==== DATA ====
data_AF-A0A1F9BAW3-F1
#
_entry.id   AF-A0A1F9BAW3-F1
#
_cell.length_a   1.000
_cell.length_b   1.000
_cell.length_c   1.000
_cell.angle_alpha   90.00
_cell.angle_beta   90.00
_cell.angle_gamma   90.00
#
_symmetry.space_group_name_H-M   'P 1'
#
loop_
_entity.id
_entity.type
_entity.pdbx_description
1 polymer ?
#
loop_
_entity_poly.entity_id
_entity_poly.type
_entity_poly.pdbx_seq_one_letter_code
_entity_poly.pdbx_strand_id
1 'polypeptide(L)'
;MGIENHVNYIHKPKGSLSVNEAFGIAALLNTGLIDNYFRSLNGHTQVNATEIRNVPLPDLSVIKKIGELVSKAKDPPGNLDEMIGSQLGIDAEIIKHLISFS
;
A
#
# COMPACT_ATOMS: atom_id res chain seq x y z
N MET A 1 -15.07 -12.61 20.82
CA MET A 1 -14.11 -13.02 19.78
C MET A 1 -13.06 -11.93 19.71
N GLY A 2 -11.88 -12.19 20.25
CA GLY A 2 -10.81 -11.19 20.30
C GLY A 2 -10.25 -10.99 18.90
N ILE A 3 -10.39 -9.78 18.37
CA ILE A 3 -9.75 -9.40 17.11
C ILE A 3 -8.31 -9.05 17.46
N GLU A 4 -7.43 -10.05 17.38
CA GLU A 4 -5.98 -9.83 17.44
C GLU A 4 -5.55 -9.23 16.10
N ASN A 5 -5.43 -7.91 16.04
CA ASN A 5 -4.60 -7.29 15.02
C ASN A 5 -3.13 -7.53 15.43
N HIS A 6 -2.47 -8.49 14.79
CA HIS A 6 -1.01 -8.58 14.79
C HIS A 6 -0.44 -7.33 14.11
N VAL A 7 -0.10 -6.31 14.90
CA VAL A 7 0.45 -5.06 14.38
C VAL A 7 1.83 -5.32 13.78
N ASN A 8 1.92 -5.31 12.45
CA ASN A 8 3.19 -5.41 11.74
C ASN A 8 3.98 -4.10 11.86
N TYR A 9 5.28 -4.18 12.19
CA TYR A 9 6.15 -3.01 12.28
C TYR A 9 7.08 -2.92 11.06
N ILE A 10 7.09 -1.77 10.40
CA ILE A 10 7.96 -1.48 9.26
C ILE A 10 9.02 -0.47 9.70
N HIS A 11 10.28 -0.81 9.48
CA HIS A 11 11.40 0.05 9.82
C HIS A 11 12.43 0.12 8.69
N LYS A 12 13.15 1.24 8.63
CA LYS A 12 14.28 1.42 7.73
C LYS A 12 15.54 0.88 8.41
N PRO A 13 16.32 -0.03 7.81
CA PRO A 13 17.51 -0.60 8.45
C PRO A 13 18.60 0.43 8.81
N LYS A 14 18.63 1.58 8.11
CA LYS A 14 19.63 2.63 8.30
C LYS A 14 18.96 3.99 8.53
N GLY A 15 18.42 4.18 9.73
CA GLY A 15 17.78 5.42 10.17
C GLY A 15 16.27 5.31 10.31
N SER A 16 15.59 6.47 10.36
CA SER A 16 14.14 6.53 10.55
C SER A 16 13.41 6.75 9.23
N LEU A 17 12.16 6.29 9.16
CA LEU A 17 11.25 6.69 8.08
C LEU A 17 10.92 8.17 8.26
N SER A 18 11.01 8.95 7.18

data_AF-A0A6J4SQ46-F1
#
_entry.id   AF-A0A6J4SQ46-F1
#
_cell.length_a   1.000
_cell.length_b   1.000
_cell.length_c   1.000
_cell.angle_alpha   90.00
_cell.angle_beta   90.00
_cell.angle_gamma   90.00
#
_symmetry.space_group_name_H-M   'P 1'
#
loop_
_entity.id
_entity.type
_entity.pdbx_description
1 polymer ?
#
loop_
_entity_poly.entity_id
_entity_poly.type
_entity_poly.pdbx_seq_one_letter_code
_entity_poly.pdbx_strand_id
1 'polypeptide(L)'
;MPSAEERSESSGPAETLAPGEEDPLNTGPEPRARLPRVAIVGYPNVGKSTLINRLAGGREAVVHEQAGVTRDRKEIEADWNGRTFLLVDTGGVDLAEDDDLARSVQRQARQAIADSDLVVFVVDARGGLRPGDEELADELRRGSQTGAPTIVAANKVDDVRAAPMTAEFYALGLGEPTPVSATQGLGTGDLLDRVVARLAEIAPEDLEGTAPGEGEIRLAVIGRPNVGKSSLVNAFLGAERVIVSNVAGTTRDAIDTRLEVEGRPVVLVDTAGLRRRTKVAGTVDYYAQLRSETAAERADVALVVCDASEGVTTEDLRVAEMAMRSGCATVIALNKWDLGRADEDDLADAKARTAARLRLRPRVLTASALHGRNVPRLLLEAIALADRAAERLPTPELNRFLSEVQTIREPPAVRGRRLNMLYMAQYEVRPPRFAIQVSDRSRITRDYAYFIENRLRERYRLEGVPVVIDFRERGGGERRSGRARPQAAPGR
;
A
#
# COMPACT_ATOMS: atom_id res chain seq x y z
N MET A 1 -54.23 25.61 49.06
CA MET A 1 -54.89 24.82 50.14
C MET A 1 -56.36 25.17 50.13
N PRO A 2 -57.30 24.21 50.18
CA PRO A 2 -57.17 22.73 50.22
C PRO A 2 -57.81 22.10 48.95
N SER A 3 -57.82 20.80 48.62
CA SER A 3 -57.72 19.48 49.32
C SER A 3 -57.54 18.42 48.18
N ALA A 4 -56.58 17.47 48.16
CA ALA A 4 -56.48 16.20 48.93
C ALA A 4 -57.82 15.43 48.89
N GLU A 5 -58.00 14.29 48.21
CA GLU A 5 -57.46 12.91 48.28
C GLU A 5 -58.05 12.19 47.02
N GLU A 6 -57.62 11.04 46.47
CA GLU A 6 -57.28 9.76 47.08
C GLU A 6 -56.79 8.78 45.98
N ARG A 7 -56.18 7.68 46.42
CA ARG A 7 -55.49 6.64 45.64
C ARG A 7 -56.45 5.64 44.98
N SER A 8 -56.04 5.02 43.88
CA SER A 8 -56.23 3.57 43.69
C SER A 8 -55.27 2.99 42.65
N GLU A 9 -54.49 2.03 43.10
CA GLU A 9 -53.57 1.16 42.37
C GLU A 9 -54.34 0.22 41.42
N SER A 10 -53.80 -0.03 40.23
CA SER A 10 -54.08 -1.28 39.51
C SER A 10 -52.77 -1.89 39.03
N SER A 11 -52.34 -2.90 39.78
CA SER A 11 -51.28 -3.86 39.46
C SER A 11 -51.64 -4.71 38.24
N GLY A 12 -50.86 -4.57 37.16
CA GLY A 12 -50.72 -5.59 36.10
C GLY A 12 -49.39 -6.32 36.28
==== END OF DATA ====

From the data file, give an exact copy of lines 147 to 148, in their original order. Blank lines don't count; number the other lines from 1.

CA GLY A 12 -50.72 -5.59 36.10
C GLY A 12 -49.39 -6.32 36.28